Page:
Although Zurich may not seem like a hotspot for partying, the Street Parade during the summer changes the city’s sombre, restrained character into a lively, vivacious one for 24 hours.
Originally established in Germany in 1992, the creator of this ‘techno-parade’ initially intended the event to be a political demonstration promoting “Love, Peace, Liberty, Generosity and Tolerance.” This was a relatively small affair in Berlin, with two trucks and a handful of students dancing around the street to techno music. Since then, the concept has evolved into a huge, international event that attracts over 800,000 people from all over the world.
The parade is an active affair, covering a distance of over 2 kilometers. It starts at the Seefeld neighborhood and snakes around Lake Zurich, ending at Hafendamm Enge. The entire affair officially lasts from 1:00pm to 10:00pm, after which there are smaller parties scattered around the city. You can join in the parade at any time and leave early – there will always be a party to come back on Street Parade day. The event is usually held on the second Saturday of August, providing ample opportunity to enjoy the mild Swiss summer.
This is the place to be for electronic music fans, with over 200 DJs and live acts playing throughout the day. There are six stages and thirty ‘love mobiles’ (colorful trucks blasting electronic music) where you can find entertainment. Big name DJs for this year’s event include Fedde Le Grand, Eric Prydz and Tom Novy. This is also a major event for underground and up and coming DJs and artists, and often serves as a great launch point for their careers; you may be lucky enough to encounter the next Tiesto here!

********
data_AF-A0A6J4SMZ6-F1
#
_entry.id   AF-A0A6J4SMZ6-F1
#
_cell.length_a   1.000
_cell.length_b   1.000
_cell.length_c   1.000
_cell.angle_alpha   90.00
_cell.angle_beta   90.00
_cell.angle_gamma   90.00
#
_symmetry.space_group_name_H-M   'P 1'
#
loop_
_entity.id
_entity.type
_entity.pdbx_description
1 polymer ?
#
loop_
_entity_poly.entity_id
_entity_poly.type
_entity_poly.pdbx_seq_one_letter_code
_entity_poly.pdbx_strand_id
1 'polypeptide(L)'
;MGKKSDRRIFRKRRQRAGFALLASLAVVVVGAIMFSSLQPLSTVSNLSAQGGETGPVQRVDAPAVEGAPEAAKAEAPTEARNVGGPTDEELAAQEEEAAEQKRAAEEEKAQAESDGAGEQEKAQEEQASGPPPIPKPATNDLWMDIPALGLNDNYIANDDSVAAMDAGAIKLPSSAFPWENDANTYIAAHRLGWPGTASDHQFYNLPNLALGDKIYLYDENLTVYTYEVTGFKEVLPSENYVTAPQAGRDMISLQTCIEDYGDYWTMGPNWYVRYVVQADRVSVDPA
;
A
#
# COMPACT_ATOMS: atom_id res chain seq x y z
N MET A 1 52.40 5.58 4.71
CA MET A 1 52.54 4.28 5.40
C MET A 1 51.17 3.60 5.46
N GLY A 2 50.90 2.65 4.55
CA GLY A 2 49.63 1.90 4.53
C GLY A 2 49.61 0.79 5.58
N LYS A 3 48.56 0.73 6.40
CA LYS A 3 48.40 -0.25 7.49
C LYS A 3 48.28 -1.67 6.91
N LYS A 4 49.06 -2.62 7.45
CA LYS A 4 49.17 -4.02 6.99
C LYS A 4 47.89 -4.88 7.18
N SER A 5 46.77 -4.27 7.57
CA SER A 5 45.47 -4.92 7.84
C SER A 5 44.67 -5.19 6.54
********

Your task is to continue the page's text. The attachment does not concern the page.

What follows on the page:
The Parade is a major cultural event, and people of all ages participate. In 2008, the oldest visitor was famously a sprightly 100-year old woman. Although this was the second Street Parade to be created, it has outlasted the original Berlin counterpart,
which was banned due to excessive rowdiness. The Swiss have a knack of controlling even their wildest events so efficiently that the next day, you can be sure there are no traces of this parade on the street. The official website includes a lists of Do’s and Don’ts that bans the usual alcohol and drugs, but also water guns (because “no one likes getting unintentionally soaked”), whistles, and the politely named ‘mountaineering exercises’ (i.e. climbing onto traffic lights).